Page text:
I even had a situation when a prayer helped me out of a depressing situation that threatened my family’s financial stability. I don’t know if there was heavenly intervention, but a valid path suddenly became clear to me and I was able to climb out of the problem having seen this new perspective. All of my prayer, except “davening” at Synagogue is private. “Davening” though is really taking part in a ritual and in many ways is a Jewish form of meditation, rather than specific praying.

    For Christians, Jesus suggested that silent, private prayer was the best way to God. Unfortunately, the fundamentalist Christian crowd feels the duty to share their insights incessantly, despite Jesus’ teachings. That to me is self-congratulatory and therefore anything but the humility prided by all major religions. I wouldn’t want that nurse treating me.

  4. Sally,

    What you say is true because you used the key qualifier. “You just do it, on your own time.”

  5. My husband went through surgery on his spine. When he came out of recovery and was still moaning under anasthesia, this guy whom I assumed was the chaplain walks in and first asks me if I want a prayer said for him. I said, no thanks. Instead of taking a hint, he says “well I’ll just say a prayer over him.” I told him no thanks again, and he turns in a snit and leaves. How things have changed since I was admitted to the hospital, where when I checked-in I was asked if I wanted a chaplain to visit. No not here, it was foisted on all.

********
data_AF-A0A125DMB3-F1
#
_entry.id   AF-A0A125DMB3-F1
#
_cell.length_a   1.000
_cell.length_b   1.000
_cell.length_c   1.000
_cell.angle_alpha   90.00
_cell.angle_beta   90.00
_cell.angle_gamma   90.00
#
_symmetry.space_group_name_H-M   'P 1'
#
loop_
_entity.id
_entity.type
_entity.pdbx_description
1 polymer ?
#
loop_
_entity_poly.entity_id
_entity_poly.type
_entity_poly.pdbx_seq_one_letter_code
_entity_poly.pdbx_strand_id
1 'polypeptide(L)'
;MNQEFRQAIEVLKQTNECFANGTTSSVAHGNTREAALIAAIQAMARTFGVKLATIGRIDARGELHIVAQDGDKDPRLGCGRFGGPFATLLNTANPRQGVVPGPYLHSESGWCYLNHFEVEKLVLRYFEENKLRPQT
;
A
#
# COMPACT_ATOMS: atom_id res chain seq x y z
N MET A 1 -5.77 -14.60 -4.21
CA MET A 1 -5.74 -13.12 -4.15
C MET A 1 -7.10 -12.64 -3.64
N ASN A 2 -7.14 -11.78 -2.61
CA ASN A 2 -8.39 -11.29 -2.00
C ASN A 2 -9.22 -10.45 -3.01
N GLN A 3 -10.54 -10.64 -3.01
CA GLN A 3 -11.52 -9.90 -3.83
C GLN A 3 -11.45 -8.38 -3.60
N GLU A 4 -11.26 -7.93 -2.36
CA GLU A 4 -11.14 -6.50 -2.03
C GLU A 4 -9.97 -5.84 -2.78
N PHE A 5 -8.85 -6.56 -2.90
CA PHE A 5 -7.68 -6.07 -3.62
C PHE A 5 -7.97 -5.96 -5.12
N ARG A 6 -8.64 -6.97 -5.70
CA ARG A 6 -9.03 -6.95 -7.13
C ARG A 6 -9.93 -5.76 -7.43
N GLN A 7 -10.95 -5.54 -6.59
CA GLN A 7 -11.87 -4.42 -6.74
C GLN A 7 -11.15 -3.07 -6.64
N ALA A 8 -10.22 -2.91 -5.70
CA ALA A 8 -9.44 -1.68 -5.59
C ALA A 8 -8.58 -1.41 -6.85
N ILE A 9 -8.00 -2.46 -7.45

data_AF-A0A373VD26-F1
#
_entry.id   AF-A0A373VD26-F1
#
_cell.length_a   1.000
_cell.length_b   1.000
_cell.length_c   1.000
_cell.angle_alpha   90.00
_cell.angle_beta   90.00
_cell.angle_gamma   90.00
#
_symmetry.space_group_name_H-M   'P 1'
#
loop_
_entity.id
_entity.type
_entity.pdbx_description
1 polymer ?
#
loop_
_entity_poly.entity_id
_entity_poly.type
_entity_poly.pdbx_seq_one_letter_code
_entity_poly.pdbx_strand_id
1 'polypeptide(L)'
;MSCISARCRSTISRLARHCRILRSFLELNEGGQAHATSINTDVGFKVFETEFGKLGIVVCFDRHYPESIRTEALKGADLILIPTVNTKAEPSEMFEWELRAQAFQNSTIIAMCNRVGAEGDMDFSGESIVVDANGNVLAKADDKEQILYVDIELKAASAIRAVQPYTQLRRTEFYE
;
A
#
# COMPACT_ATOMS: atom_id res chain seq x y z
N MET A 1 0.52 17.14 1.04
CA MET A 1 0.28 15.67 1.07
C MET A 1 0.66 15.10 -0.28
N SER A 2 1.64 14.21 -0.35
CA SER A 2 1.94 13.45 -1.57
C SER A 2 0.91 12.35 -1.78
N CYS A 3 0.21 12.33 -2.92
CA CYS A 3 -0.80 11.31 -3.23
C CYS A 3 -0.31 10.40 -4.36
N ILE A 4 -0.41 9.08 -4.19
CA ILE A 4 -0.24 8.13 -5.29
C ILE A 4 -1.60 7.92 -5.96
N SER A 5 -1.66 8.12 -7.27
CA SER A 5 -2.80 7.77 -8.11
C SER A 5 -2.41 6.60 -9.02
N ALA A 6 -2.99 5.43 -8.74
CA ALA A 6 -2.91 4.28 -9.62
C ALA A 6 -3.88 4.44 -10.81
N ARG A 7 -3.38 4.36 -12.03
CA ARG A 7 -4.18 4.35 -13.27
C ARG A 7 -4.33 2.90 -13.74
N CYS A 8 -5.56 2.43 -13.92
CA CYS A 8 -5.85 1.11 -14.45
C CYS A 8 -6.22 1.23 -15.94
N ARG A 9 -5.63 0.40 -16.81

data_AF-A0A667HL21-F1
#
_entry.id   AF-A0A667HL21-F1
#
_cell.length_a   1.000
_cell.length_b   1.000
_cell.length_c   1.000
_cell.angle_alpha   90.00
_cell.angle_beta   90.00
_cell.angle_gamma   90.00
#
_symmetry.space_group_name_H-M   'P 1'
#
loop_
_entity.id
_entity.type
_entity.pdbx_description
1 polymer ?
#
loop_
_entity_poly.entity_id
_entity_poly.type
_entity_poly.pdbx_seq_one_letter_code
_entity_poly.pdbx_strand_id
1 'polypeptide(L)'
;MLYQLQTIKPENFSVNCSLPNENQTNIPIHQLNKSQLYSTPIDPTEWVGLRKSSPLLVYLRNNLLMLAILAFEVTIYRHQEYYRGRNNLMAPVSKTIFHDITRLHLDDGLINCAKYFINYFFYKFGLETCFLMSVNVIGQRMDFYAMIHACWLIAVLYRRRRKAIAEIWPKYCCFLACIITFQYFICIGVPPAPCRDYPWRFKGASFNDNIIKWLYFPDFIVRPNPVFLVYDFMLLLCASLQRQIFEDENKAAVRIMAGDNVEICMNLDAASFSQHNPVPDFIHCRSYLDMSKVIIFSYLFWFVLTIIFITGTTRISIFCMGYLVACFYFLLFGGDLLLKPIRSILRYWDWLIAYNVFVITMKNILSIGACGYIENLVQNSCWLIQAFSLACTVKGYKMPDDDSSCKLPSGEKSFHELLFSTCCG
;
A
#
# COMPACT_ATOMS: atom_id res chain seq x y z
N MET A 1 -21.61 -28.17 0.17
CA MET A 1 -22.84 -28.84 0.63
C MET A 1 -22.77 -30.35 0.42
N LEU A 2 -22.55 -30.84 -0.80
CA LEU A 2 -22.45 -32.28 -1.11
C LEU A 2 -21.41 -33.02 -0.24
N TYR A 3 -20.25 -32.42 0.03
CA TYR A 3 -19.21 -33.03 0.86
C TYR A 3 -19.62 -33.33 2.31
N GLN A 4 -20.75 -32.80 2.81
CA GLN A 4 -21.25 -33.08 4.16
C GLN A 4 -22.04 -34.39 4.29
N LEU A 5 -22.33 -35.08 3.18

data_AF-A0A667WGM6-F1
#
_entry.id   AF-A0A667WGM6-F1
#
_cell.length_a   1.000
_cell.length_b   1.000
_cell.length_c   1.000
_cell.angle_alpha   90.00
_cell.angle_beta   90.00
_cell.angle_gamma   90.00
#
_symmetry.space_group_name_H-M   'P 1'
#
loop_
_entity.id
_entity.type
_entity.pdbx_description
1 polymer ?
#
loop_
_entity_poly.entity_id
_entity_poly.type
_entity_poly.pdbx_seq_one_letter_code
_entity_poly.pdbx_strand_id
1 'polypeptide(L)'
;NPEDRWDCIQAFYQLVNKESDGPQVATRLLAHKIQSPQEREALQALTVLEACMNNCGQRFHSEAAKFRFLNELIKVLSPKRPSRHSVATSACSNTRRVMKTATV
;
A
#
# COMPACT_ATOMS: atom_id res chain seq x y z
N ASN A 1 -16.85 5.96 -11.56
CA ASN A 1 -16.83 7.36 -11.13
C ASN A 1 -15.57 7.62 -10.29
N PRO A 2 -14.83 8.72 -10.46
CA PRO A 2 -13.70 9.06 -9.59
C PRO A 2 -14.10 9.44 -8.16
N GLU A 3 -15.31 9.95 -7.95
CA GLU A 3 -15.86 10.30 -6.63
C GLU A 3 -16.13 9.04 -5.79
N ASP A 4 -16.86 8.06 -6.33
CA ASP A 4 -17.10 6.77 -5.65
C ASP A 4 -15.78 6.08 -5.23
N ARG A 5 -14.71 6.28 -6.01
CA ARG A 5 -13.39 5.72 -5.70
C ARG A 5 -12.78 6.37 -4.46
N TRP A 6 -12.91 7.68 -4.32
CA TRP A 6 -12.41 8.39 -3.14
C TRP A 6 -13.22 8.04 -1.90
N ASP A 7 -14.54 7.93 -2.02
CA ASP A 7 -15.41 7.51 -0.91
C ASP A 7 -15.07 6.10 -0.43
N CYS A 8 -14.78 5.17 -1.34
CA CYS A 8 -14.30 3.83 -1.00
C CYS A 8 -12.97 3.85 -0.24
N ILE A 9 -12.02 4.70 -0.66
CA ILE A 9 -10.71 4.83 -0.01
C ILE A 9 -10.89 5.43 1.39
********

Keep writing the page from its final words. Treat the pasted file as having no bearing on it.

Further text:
Why can’t these people just leave others alone?

  6. The thing is, you don’t ask someone if you can pray for them.You just do it, on your own time.

    Lots of people pray for people that would otherwise decline prayer if offered.

    There is nothing wrong with the woman praying for her patients.

    The problem is nowadays is that we all have to walk on egg shells for fear of offending someone.

  7. This was interesting because the patient’s reaction was very different from my experience of most religious people in the US. The patient is a Christian but still didn’t want the prayer. In the US, often times, you are going to get that prayer if it kills the prayer to give it to you!

    I feel there is a great deal of arrogance in asking a patient if you may pray for them. If it is your belief that prayer will help, say it silently, it should still work. If the patient askes you to pray for them that is different. Bringing religion to someone who has not asked for it is disrespectful of others. This is done by well meaning people who are certain of the moral superiority of their religion, or even more specifically, their way of doing religion.

    If I was a nurse and handed someone “God is not Great” I should get in trouble. It’s not my place as a nurse to convince someone not to believe in god/dess and it is not a believers’ place to put their beliefs on others. Besides, maybe these patients have concealed carry permits!